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October 4, 2023

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Health concerns and inspections for those who work with metalworking fluids or coolants

CREDIT: Christopher Burns/Unsplash

New health concerns have been raised for people who work with metalworking fluids or coolants.

The Health and Safety Executive (HSE) has warned anyone in industries using metalworking fluids or coolants may be at harm of skin and lung conditions and should get a health check.

The regulator will now visit businesses to look at how workers are protected from exposure to fluid or mist generated by computer numerical control (CNC) machines across Great Britain. The HSE will carry out unannounced inspections at each firm using these specialist machines between now and March 2024.

HSE inspector Fiona McGarry said: “Lung problems and irritated skin don’t have to be associated with working with metalworking fluid if you take the right precautions. It is really important that control measures and fluid quality checks are in place to keep workers healthy. Health checks are essential to identify signs of ill-health early. CNC machines are used in highly technical, specialist manufacturing fields applying precision engineering.”

Exposure to metalworking fluids – also known as ‘white water’ – can cause harm to lungs and skin through inhalation or direct contact, particularly the hands, forearms and face. It can lead to lung diseases such as occupational asthma and occupational hypersensitivity pneumonitis.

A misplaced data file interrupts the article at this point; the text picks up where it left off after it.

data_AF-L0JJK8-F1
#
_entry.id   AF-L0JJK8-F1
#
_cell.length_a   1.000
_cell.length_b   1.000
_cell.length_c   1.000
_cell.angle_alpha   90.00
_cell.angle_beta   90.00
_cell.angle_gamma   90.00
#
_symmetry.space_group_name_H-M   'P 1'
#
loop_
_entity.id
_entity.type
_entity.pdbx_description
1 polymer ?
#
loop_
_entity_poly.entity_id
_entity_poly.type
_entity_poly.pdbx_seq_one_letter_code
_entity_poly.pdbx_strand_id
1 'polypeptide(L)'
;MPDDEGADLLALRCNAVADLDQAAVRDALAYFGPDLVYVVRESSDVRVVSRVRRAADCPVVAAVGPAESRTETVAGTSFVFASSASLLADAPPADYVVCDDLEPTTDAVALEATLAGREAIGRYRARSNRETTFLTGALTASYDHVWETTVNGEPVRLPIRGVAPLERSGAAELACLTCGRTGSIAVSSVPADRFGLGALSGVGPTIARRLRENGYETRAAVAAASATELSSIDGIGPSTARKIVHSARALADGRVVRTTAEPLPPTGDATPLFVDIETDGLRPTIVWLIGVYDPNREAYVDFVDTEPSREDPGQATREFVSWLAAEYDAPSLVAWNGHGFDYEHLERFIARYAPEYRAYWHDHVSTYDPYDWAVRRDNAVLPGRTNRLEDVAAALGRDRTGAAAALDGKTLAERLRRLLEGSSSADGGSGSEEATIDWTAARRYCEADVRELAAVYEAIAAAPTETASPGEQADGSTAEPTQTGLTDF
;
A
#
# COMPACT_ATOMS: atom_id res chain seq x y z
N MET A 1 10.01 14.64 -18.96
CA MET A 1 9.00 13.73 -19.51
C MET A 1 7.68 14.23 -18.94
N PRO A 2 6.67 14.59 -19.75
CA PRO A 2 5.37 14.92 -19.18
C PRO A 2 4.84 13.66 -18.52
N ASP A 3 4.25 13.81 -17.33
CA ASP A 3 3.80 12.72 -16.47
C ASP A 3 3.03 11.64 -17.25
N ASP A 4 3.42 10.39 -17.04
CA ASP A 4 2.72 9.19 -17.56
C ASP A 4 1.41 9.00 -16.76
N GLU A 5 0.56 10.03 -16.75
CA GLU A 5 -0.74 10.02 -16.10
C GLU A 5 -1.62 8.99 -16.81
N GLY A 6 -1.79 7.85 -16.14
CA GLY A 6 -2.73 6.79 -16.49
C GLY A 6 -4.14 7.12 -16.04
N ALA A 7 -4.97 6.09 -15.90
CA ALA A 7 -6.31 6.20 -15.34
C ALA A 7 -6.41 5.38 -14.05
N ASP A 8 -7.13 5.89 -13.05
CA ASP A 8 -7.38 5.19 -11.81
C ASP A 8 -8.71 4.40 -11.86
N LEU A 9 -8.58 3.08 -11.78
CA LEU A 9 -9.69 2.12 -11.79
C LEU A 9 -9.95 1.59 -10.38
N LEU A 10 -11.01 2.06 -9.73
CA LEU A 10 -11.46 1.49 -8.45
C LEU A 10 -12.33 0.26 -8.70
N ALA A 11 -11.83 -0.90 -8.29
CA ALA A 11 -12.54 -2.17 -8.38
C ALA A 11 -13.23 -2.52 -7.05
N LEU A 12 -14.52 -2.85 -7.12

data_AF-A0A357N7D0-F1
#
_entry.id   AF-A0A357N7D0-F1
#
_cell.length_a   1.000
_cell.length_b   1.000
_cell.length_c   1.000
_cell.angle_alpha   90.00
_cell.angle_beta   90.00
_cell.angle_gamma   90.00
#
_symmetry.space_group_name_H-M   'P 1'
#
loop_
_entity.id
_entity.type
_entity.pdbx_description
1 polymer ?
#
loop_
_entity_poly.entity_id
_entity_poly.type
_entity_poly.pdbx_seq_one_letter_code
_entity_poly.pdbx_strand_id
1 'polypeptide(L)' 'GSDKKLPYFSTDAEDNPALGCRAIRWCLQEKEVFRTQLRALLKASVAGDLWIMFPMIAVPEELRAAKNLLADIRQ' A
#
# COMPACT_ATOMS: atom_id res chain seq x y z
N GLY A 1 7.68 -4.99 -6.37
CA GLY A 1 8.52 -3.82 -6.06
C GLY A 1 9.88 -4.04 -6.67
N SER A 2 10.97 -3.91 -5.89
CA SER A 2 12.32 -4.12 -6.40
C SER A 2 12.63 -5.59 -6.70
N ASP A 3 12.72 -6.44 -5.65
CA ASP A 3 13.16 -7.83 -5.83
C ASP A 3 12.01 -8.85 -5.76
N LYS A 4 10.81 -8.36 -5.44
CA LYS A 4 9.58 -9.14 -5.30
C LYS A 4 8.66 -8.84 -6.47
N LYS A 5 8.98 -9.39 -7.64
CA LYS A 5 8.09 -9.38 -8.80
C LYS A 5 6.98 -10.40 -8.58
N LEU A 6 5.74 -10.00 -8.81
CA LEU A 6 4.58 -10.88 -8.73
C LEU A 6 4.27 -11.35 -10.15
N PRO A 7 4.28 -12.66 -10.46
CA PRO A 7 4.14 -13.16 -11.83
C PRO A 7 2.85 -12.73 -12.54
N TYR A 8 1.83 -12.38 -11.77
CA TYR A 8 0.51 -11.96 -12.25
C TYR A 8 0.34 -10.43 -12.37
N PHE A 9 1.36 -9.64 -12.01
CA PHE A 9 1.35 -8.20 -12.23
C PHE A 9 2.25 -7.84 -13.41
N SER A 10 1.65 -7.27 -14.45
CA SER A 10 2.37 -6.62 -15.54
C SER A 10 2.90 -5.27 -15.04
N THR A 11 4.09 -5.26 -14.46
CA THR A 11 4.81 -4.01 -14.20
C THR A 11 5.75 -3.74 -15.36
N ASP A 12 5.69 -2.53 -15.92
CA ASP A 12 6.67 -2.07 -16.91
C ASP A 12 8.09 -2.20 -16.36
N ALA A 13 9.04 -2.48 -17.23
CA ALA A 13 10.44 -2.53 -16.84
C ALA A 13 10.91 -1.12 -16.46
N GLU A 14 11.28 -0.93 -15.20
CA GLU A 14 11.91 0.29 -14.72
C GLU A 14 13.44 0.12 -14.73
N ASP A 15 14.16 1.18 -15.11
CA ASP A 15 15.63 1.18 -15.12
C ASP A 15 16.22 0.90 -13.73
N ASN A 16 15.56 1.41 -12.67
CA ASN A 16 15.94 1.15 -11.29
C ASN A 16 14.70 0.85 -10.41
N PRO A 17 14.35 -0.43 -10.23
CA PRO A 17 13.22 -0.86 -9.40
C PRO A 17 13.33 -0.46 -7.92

The HSE visited Nottingham-based engineering firm CNTL Ltd earlier this year and found many good practices but asked them to install local exhaust ventilation (LEV) on its CNC machines to carry away any harmful metalworking fluid mist, which is difficult to see in normal lighting.

CNTL Director Dane Rawson was apprehensive about the inspection at first but said they were helpful. He said: “I’m new to this side of the business, I haven’t dealt with a health and safety inspection before. At first, I was cautious, but it didn’t take long for the inspector to make us feel comfortable. She wasn’t trying to catch us out.

“We have several high-tech machines that constantly use pressurised coolant – it’s bound to create a mist. It was something we were aware of and had explored the option of installing LEVs, however as a result of HSE’s visit we wanted to follow their advice and action this sooner.

“We’ve noticed now that the smell of coolant is no longer there and air quality is much improved. It’s definitely a cleaner and safer environment to work in. The staff feel like we’ve done the right thing for them and know their wellbeing is a priority of ours.

For any company that is being inspected, don’t feel intimidated. They are only there to benefit you, your company and your staff.”

Past inspections have uncovered poor performance around control of metalworking fluids in other businesses that use CNC machines.

The HSE recommends all manufacturing businesses implement control measures and carry out health surveillance checks with occupational health professionals. It said fluid quality should be regularly checked focusing on concentration, pH, bacteria and contaminants.

It also reminded businesses it is a legal requirement to carry out health surveillance even when preventative controls are in place, encouraging workers to report any health symptoms that occur.

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